Disinfecting Wipes & Solutions
Because germs are everywhere, hospital-grade disinfecting wipes and solutions can be a critical part of maintaining a healthier environment. They float through the air, and they coat surfaces. When you need to disinfect or sanitize surfaces, Vitality Medical has what you need.
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Active agents of hospital grade wipes and solutions include isopropyl alcohol, chlorine bleach, hydrogen peroxide, iodine, and quaternary ammonium compounds.
- Antibacterial wipes and solutions - kill bacteria found on surfaces, such as floors, tables, and chairs. You could choose the CaviWipes Disinfecting Wipes or the Clorox Healthcare Bleach Spray .
- Antimicrobials - kill or slow the growth of bacteria, viruses, or fungi. See the AF3 Surface Wipes or the HB Germicidal by Sani-Cloth.
- Sanitizing solutions - reduces the number of microscopic entities on a surface. Products like the Hard Surface Disinfectant Spray is a convenient solution.
- Sterilization - (sporicidal) kills pretty much everything on the treated surface. Autoclaving ensures sterility. When you have an object that you cannot autoclave, then treating it with a multi-purpose disinfectant and sporicide can do the trick.
How To Choose The Right Disinfectant
We offer various wipes and solutions to help you maintain your facilities - from sanitizing to sterilizing. To help you decide, you can use this handy little guide.
Selection should depend on the function of the disinfectant. Decisions need to include the effectiveness against the potential pathogenic agent, safety to people, impact on equipment, the environment, and expense.
- What are you cleaning?
- What microbes and pathogens concern you the most?
- What is the kill time?
- Is the surface kept wet for the length of the kill time, or will you need to reapply?
- Is the product safe for the surfaces it is going on?
- Can you immerse the object you are sterilizing?
- How fast is the expected turn around time?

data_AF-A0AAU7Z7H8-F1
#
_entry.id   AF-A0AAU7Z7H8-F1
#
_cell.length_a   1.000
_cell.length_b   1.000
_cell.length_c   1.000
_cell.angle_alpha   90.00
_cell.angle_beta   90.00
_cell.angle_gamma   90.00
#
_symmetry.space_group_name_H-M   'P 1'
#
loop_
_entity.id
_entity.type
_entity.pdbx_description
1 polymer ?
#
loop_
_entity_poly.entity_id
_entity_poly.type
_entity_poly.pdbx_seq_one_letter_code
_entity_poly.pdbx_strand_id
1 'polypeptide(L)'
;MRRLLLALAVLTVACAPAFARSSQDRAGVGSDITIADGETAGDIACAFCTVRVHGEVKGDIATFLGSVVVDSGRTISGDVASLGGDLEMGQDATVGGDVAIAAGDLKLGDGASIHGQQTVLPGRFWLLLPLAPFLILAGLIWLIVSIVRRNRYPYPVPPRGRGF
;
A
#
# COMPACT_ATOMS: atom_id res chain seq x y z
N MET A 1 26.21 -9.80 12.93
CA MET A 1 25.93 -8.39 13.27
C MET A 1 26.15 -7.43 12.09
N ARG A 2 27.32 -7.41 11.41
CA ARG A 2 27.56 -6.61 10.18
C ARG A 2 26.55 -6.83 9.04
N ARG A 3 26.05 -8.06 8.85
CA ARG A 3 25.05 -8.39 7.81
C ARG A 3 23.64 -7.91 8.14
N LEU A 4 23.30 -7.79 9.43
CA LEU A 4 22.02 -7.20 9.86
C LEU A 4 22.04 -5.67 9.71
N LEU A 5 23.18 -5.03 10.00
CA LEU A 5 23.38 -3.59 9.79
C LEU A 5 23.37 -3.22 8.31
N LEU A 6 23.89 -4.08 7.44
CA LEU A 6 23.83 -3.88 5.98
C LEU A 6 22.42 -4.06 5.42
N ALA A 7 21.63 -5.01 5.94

- What function does the object serve?
- Is the object used to perform invasive procedures, such as cutting?
- How critical is it using the Spalding Scale?
- Does it come into contact with living tissue?
- Is the product safe for people to use?
- Are the required steps practical for your facility?
Isopropyl alcohol can be an effective antibacterial. It kills vegetative forms of bacteria, including Mycobacterium tuberculosis. Plus, it kills fungi and enveloped viruses, such as influenza. However, it does not kill spores. Nor is it very effective against non-enveloped viruses.1
Alcohol loses much of its effectiveness when there is organic matter present. Alcohol is flammable and must be stored away from heat.
For it to be effective, it must have a concentration of at least 50% alcohol, although the optimal range is between 60 - 90%. Alcohol, combined with water, denatures certain microorganisms. But, it has a fast drying time, which necessitates reapplication to keep the surface wet throughout the entire kill time (at least 10 minutes).
When you need the convenience of an alcohol wipe, you can try these Isopropanol Alcohol Disinfectant Wipes.
Chlorine has a wide range of antimicrobial activities, killing both enveloped and non-enveloped viruses alike when used with the correct dilution and contact time. It works well even when in contact with hard water. But, like alcohol, it does not kill spores. The CDC recommends it to decontaminate hepatitis and AIDS viruses on surfaces.2
Chlorine has a kill time of just a few minutes. You will need to clear away organic materials for products with chlorine to work. Your solution needs to be fresh to be most effective.
The drawbacks to chlorine include skin and eye irritation, and oropharyngeal, esophageal, and gastric burns. In high concentrations >500 ppm, it is corrosive to metals. It burns the skin. And it removes color from fabrics.
Warning: Mixing chlorine with ammonia or acid produces a toxic gas.
The OSHA recommended solution for disinfecting contaminated equipment with severe surface contamination is to mix 11-1/2 cups of bleach with one gallon of water. Douse the surfaces and let stand for 3 minutes. Wipe down with a paper towel and then re-wet using a hand wash solution.
Are you looking for a chlorine-based solution? You can try these bleach wipes.
Hydrogen Peroxide leaves no residue and, it degrades into oxygen and water. In low-concentrations, it does have a narrow range of limits. In high-concentrations, on the other hand, are highly reactive with other chemicals. The oxygen it produces is flammable.3
It is a strong oxidizer, that when stabilized, is effective against pathogens such as enveloped and non-enveloped viruses, vegetative bacteria, fungi, and bacterial spores.
When you need a sanitizing hydrogen peroxide wipe or spray, you can try this solution from Chlorox.
Glutaraldehyde kills across the spectrum of microorganisms, being effective against bacteria (including Mycobacterium tuberculosis), viruses, fungi, spores, and parasites. It leaves a residue, which has a moderate amount of residual activity. It works even when there is a small amount of organic material present.4
It can be highly toxic, so exercise caution while using it and wear personal protective equipment. Ensure that you have plenty of ventilation while employing this chemical.
You can use this sterilant on plastics, rubber, lenses, or stainless steel. It is an excellent alternative to autoclaving.
For a superior high-level disinfectant, you can use Cidex 14 Day Solutions if you would like.